NSW legislation defines larceny as stealing or theft. It is simply an offence that involves theft, which relates to property being taken without the consent of the owner, regardless of the value.
Unlike the US, larceny of any value is to be dealt with in the same manner, unless otherwise specified by legislation. A person convicted of larceny can face a maximum penalty of up to five years’ imprisonment.
The Definition of Larceny Under Australian Law
Larceny offences are found in Section 117 of the Crimes Act 1900 (NSW), which provides “whosoever commits larceny, or any indictable offence by this Act made punishable like larceny, shall, except in the cases hereinafter otherwise provided for, be liable to imprisonment for five years.”
The definition of larceny is not limited to what the Crimes Act contains. The High Court provides the meaning of larceny in Ilich v R (1987) HCA 1. The Court said that “larceny is committed by a person who, without the consent of the owner, fraudulently and without a claim of right made in good faith, takes and carries away anything capable of being stolen with intent, at the time of such taking, permanently to deprive the owner thereof.”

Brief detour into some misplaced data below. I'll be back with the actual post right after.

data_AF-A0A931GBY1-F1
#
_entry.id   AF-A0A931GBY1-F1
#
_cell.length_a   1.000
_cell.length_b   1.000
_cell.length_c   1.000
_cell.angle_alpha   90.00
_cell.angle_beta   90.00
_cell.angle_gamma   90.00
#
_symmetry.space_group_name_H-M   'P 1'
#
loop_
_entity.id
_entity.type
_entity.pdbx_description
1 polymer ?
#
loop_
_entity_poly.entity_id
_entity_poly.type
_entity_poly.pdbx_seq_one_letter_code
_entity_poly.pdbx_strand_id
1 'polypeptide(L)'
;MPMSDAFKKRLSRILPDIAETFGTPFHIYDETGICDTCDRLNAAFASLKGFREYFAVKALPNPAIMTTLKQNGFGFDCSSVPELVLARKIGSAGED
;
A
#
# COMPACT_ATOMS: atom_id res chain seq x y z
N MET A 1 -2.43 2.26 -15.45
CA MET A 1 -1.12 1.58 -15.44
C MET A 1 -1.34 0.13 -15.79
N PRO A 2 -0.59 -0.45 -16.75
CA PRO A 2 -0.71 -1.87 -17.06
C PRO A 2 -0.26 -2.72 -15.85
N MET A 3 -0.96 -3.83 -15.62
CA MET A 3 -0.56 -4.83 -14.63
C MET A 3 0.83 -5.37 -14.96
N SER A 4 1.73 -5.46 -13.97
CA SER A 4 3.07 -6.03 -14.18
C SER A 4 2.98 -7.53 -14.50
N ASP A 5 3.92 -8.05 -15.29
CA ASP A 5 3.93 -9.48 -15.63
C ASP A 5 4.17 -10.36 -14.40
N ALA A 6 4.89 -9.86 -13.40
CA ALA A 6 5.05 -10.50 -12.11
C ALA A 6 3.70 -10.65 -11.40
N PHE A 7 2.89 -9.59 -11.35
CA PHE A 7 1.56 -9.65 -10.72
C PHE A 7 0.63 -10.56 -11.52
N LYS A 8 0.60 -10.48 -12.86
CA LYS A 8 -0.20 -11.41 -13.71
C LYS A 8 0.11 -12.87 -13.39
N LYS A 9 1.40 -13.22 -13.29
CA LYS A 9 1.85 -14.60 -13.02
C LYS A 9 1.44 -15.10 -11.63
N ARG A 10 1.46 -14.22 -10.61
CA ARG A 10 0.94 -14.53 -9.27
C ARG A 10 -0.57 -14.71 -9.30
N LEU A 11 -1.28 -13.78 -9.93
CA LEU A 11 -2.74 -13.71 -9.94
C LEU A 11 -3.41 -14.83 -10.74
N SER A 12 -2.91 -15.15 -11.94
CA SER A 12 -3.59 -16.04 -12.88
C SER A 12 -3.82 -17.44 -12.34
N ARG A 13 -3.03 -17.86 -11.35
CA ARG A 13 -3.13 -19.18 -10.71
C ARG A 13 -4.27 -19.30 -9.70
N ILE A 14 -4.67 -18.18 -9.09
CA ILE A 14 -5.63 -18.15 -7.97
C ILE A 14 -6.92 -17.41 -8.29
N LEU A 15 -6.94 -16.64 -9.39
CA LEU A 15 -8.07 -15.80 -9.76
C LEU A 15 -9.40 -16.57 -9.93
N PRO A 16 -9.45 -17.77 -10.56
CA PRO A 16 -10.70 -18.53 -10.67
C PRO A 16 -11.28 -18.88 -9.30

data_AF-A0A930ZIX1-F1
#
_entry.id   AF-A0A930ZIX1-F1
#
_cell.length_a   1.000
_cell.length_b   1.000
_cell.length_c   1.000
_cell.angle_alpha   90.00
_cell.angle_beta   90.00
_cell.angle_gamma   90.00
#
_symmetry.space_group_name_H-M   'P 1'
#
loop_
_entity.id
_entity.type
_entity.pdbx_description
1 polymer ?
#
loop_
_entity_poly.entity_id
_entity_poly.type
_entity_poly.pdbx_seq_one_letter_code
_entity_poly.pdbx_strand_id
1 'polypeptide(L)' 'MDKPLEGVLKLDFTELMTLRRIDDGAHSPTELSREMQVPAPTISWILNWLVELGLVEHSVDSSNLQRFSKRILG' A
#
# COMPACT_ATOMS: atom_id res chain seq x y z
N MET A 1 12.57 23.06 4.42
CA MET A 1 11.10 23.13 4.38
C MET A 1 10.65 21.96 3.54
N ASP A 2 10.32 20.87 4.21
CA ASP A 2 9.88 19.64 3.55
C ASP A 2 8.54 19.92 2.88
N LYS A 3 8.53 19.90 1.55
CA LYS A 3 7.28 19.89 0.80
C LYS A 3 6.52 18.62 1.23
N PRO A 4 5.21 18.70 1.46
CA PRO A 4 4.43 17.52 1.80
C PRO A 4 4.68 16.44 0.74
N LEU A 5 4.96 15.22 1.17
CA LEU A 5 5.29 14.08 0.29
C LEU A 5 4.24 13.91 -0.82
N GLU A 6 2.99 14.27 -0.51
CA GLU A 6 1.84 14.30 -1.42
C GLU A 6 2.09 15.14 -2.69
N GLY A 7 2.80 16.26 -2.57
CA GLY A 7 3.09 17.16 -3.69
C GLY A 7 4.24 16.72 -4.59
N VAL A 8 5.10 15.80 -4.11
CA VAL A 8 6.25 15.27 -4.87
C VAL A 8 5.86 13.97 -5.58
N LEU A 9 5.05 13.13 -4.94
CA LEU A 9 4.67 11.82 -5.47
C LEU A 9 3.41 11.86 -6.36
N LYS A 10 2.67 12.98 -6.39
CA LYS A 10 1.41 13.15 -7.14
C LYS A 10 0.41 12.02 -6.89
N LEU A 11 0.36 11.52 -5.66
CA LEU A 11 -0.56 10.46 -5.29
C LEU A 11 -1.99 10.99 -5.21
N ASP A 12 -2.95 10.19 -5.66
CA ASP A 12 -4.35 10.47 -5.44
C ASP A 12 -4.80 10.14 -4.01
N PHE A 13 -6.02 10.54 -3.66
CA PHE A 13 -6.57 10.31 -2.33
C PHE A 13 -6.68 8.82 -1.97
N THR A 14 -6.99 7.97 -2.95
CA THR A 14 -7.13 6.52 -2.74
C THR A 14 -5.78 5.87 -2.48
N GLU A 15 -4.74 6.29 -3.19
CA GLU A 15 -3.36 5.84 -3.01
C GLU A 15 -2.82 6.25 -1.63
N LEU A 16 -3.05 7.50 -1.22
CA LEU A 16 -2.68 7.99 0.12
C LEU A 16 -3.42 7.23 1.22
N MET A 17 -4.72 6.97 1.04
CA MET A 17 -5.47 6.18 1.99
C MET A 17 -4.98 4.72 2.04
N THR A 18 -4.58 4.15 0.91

Elements to Prove in a Charge of Larceny
Larceny involves physical and mental elements. For a charge of larceny to be sustained, the prosecution must prove, beyond a reasonable doubt, the following:
The Physical Elements of Larceny
- The accused took and carried away property capable of being stolen